1 cup of whole milk
1 cup flour
1/2 teaspoon salt
Beef drippings

Method:
Preheat oven to 450 degrees F
Beat the eggs with the milk
Sift together flour and salt. Stir into egg mixture
Beat batter until well blended
Discard most of the fat from the pan in which the beef was roasted
Heat an 11x7 baking pan and pour into it 1/4 cup of beef drippings
Pour in egg mixture and bake for ten minutes
Reduce oven to 350 degrees F and bake 15 to 20 minutes longer, or until puffy and delicately browned.
Cut into squares and serve immediately with roast beef. Serves 6 to 8.

Irish Mist Trifle

This is adapted from a recipe for Irish Whiskey Trifle which appears in Classic Irish Recipes, a cookbook by Georgina Campbell.

Ingredients:
Custard:
1/2 cups whole milk
1 vanilla pod or a few drops of pure vanilla extract
3 eggs
2 tablespoons sugar

Sponge Cake

Ingredients:
3 large eggs
1/2 tsp Lemon flavoring
1/3 cup Hot water
3/4 cup Sugar
1/2 tsp Salt 1 tsp
Vanilla extract
1 1/2 tsp
Double acting baking powder
1 1/4 cup White cake flour

Additional Ingredients:
1 8-oz jar All-Fruit Raspberry Preserves
1/2 cup Irish Mist
1 small container of fresh raspberries (or frozen - thawed and drained)
1 16-oz can of apricots in fruit juice, drained
1 cup heavy cream
Blanched almonds, fresh raspberries and slices of kiwi fruit to decorate.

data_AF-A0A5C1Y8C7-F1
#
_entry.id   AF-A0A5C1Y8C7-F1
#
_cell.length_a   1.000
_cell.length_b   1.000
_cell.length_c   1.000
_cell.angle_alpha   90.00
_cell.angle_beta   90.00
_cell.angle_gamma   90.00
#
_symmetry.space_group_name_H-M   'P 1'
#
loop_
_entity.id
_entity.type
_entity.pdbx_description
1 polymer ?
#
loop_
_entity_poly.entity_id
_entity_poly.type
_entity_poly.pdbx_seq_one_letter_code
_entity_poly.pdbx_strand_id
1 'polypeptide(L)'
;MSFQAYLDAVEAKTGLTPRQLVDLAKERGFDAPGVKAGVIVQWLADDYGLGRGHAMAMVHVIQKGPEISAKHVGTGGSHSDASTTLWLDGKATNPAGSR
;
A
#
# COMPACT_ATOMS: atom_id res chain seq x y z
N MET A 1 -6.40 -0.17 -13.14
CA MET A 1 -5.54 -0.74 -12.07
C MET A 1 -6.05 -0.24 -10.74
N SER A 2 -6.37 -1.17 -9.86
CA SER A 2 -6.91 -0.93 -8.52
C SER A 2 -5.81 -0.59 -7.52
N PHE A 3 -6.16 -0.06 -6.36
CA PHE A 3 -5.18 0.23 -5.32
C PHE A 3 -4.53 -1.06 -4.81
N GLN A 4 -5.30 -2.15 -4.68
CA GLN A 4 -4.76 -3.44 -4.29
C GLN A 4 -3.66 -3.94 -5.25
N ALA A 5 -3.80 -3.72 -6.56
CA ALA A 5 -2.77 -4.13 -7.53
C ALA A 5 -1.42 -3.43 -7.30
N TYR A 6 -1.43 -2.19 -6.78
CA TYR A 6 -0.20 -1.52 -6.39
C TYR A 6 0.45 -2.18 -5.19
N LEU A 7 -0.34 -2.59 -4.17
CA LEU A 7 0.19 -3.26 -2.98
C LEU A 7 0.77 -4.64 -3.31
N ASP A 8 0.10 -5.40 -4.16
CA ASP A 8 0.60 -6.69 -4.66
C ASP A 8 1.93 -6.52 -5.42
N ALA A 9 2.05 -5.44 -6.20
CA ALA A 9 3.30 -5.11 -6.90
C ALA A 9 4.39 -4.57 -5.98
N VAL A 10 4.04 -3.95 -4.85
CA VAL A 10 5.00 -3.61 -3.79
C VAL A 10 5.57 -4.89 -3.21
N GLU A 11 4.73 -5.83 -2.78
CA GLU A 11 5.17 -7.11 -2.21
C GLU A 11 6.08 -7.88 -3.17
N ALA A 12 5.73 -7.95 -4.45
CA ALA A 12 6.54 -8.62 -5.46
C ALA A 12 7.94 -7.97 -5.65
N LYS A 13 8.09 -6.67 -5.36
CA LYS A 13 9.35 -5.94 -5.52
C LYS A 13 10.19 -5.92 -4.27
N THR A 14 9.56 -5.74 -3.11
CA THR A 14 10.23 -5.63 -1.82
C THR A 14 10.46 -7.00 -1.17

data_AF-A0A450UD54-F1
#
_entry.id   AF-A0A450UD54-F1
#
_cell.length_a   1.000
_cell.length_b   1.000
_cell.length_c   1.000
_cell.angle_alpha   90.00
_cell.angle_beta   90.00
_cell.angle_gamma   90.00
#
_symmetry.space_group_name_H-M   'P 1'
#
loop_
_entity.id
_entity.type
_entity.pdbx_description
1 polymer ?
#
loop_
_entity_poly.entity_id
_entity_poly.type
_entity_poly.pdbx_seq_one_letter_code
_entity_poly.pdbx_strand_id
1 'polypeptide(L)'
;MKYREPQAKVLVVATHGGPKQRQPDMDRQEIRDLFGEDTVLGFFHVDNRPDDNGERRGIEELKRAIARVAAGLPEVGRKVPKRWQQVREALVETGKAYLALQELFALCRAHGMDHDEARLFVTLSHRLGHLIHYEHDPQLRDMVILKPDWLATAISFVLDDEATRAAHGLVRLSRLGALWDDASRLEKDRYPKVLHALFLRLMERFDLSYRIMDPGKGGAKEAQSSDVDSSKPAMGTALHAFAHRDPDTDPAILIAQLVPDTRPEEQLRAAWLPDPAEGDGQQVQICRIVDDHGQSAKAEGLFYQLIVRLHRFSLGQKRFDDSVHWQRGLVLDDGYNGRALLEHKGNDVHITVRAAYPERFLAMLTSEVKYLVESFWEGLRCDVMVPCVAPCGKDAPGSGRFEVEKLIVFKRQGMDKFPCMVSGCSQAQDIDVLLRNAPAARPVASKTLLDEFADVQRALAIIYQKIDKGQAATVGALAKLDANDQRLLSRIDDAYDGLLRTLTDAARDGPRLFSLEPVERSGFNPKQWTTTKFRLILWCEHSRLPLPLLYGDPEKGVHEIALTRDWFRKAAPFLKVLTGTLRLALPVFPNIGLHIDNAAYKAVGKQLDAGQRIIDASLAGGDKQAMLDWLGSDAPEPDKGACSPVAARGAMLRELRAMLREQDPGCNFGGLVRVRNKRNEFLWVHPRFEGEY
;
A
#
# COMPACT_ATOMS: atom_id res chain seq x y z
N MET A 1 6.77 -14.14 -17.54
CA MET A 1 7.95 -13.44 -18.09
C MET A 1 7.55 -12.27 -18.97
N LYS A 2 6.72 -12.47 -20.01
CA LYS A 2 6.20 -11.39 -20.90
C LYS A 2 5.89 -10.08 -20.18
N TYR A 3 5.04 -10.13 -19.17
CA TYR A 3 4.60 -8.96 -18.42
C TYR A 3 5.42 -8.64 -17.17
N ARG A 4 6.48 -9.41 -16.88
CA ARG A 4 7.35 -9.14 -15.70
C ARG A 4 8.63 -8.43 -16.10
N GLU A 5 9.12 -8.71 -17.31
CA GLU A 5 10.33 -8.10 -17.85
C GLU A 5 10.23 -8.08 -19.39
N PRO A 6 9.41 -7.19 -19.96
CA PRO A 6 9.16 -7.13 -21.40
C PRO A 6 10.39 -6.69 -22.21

Method:
Make the sponge on the day before you plan to serve the trifle
1. Preheat oven to 350 degrees F. Grease and flour 8x8 inch pan.
2. Blend flour, baking powder and salt, set aside.
3. Beat eggs electric mixer in small bowl until very thick and lemon colored; pour into large bowl. Gradually beat in sugar. Slowly blend in water, vanilla, and lemon flavoring on low speed. Quickly blend in dry ingredients; mix thoroughly. Pour into prepared pan and put in oven immediately. Bake 25 to 30 minutes until toothpick inserted in center comes out clean; do no
Make the custard. Pour the milk into a pan and bring it almost to a boil. Remove from the heat. Whisk the eggs and sugar together lightly in a bowl. Gradually whisk the milk into the egg mixture. Rinse out the pan with cold water, return to mixture to it and stir over very low heat until the mixture thickens. Do not allow it to boil. Turn the custard into a bowl and add vanilla extract to taste. Set aside to cool, stirring occasionally to prevent a skin forming.